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‘US banks rigged $12.8 trillion market’

US banks might have rigged another huge market, Bloomberg reports.

Dealers including top American banks which control the $12.8 trillion US Treasury market rigged bond auctions for years, Bloomberg reports. 

Citing a federal antitrust lawsuit, the financial data and news provider says the likes of Goldman Sachs, JPMorgan, and Morgan Stanley coordinated to manipulate Treasury auctions.

The 115-page lawsuit has been filed in Manhattan federal court by a number of law firms against 22 primary dealers “who serve as the backbone of Treasury trading”, Bloomberg said.

It comes as the US Justice Department probes whether information in the Treasury auction market is being shared improperly by financial institutions.

The US Treasury market helps set interest rates on everything from home mortgages to credit cards and is often described as the largest, most-liquid market in the world.

Earlier this year, Bloomberg revealed that US Treasury traders at some banks learned of customer demand hours before auctions, and were communicating with their counterparts at other firms via chat rooms as recently as last year.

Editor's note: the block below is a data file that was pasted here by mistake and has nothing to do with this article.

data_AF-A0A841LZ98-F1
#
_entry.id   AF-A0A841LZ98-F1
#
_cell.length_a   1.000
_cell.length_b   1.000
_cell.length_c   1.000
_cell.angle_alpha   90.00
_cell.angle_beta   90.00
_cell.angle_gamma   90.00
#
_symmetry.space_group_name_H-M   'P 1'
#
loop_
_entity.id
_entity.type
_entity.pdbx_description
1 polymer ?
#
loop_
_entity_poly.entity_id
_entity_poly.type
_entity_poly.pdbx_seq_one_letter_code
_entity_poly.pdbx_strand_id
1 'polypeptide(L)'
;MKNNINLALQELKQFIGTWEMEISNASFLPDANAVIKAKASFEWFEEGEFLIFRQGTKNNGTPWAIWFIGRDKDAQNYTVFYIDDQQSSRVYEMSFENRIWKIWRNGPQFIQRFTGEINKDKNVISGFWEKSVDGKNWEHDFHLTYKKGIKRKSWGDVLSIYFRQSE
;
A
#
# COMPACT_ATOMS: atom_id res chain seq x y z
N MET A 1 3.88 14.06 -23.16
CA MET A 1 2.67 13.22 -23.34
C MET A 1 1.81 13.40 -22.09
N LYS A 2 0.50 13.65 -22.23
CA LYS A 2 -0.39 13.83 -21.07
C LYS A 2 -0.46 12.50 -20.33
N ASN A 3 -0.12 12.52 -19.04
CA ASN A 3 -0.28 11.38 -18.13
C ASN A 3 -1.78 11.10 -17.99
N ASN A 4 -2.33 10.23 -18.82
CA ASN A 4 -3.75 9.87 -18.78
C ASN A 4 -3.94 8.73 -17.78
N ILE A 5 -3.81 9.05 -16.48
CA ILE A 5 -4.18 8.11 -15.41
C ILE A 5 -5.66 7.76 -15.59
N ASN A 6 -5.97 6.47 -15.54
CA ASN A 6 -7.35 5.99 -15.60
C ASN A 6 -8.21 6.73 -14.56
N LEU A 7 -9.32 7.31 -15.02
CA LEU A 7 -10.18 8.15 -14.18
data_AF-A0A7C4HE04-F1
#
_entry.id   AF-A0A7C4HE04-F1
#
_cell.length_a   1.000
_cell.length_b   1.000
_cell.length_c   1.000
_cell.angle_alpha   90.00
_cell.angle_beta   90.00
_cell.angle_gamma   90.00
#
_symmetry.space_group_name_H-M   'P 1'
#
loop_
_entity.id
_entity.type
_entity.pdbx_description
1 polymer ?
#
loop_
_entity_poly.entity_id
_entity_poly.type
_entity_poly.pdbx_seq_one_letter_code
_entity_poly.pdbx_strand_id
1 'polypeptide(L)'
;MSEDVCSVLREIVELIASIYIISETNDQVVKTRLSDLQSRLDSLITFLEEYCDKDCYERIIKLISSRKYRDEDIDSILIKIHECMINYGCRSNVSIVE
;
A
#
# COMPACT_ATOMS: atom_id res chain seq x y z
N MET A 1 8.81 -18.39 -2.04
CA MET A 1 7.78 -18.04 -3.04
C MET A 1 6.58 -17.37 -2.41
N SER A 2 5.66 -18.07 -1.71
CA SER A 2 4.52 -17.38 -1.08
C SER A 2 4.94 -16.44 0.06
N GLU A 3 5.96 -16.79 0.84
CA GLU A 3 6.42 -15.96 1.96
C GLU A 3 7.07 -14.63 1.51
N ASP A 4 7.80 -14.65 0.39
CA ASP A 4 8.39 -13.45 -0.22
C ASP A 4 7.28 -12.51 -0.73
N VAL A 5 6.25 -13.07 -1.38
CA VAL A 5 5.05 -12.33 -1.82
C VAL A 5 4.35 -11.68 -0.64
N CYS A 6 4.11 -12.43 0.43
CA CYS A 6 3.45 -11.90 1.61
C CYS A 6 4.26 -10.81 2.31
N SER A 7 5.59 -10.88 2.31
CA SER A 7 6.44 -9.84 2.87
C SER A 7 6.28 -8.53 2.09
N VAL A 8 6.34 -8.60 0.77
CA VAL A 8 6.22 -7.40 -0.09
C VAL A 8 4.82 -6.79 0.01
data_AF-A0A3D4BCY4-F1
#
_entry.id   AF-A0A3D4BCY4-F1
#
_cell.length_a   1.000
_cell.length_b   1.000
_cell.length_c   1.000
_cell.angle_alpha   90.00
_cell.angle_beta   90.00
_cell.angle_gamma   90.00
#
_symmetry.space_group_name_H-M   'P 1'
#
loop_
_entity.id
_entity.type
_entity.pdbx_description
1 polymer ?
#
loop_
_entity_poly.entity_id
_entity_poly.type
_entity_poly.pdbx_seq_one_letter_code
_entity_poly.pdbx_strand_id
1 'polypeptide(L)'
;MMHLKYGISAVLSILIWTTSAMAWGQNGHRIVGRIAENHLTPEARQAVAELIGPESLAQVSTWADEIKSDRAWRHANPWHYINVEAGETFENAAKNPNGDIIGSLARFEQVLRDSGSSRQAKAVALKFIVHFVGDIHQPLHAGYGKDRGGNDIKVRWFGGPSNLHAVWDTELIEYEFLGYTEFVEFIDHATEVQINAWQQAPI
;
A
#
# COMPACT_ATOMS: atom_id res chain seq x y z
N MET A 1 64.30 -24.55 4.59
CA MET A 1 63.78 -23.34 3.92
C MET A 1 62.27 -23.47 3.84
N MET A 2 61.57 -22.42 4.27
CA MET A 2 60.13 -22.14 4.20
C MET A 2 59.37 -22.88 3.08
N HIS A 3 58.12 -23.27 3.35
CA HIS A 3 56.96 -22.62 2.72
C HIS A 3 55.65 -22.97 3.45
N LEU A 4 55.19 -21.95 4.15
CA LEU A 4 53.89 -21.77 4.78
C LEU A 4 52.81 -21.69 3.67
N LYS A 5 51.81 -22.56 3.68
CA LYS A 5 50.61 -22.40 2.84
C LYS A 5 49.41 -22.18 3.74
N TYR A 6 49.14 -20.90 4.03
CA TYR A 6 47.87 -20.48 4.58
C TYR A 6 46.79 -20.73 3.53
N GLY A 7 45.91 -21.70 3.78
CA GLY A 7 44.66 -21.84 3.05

A similar lawsuit has been filed against Wall Street dealers. 

The US Treasury initially sells bonds to primary dealers like Goldman Sachs, JPMorgan and Morgan Stanley who in turn sell them to clients, creating a secondary market for trading.

A probe into their practices found that more than two-thirds of a certain type of Treasury auction have been rigged from 2009 to 2015 while there were issues with other auctions, too.

“The only plausible explanation is that Defendants coordinated artificially to influence the results of the auctions in the primary market,” according to the lawsuit.

The dealers artificially boosted yields while lowering prices when auctions were initially issued before selling them at higher prices and correspondingly lower yields in the secondary markets, an analysis of their dealings found.

The analysis has been conducted by a New York University adjunct associate professor whose technique helped uncover rigging of the London interbank offer rate, or Libor which resulted in about $20 billion of fines.

According to Bloomberg, a similar lawsuit has been filed against Wall Street dealers who are accused of colluding to push prices artificially low at auctions, and to drive prices for when-issued securities to artificially high levels.

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